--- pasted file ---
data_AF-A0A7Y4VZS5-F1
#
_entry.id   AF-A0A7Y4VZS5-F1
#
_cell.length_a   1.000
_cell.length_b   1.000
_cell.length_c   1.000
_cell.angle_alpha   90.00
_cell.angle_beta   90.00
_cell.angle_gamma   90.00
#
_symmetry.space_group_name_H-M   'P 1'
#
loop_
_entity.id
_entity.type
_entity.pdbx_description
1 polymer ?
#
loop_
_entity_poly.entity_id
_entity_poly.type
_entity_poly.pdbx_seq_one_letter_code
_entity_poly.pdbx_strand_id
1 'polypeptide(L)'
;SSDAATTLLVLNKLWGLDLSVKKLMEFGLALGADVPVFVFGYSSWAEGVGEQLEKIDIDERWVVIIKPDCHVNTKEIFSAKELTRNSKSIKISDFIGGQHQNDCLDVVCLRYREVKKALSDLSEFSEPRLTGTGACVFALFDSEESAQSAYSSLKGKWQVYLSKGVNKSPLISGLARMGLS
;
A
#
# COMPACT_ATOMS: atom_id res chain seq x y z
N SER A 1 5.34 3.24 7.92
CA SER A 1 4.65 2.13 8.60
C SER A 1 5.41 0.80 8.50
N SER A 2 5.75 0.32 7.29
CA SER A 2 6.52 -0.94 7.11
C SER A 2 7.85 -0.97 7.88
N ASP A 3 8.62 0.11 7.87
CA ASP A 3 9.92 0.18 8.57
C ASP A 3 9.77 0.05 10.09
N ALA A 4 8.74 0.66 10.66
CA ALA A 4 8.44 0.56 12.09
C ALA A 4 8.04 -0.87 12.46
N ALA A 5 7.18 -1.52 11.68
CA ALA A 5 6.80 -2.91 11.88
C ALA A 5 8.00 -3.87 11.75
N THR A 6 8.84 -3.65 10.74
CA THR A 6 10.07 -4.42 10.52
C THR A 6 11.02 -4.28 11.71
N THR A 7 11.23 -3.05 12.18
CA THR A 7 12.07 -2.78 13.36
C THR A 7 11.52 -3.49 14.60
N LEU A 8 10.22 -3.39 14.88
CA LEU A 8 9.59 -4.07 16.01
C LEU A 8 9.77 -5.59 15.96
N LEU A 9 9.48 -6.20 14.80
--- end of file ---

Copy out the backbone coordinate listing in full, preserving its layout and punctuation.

data_AF-A0A7Y4VZS5-F1
#
_entry.id   AF-A0A7Y4VZS5-F1
#
_cell.length_a   1.000
_cell.length_b   1.000
_cell.length_c   1.000
_cell.angle_alpha   90.00
_cell.angle_beta   90.00
_cell.angle_gamma   90.00
#
_symmetry.space_group_name_H-M   'P 1'
#
loop_
_entity.id
_entity.type
_entity.pdbx_description
1 polymer ?
#
loop_
_entity_poly.entity_id
_entity_poly.type
_entity_poly.pdbx_seq_one_letter_code
_entity_poly.pdbx_strand_id
1 'polypeptide(L)'
;SSDAATTLLVLNKLWGLDLSVKKLMEFGLALGADVPVFVFGYSSWAEGVGEQLEKIDIDERWVVIIKPDCHVNTKEIFSAKELTRNSKSIKISDFIGGQHQNDCLDVVCLRYREVKKALSDLSEFSEPRLTGTGACVFALFDSEESAQSAYSSLKGKWQVYLSKGVNKSPLISGLARMGLS
;
A
#
# COMPACT_ATOMS: atom_id res chain seq x y z
N SER A 1 5.34 3.24 7.92
CA SER A 1 4.65 2.13 8.60
C SER A 1 5.41 0.80 8.50
N SER A 2 5.75 0.32 7.29
CA SER A 2 6.52 -0.94 7.11
C SER A 2 7.85 -0.97 7.88
N ASP A 3 8.62 0.11 7.87
CA ASP A 3 9.92 0.18 8.57
C ASP A 3 9.77 0.05 10.09
N ALA A 4 8.74 0.66 10.66
CA ALA A 4 8.44 0.56 12.09
C ALA A 4 8.04 -0.87 12.46
N ALA A 5 7.18 -1.52 11.68
CA ALA A 5 6.80 -2.91 11.88
C ALA A 5 8.00 -3.87 11.75
N THR A 6 8.84 -3.65 10.74
CA THR A 6 10.07 -4.42 10.52
C THR A 6 11.02 -4.28 11.71
N THR A 7 11.23 -3.05 12.18
CA THR A 7 12.07 -2.78 13.36
C THR A 7 11.52 -3.49 14.60
N LEU A 8 10.22 -3.39 14.88
CA LEU A 8 9.59 -4.07 16.01
C LEU A 8 9.77 -5.59 15.96
N LEU A 9 9.48 -6.20 14.80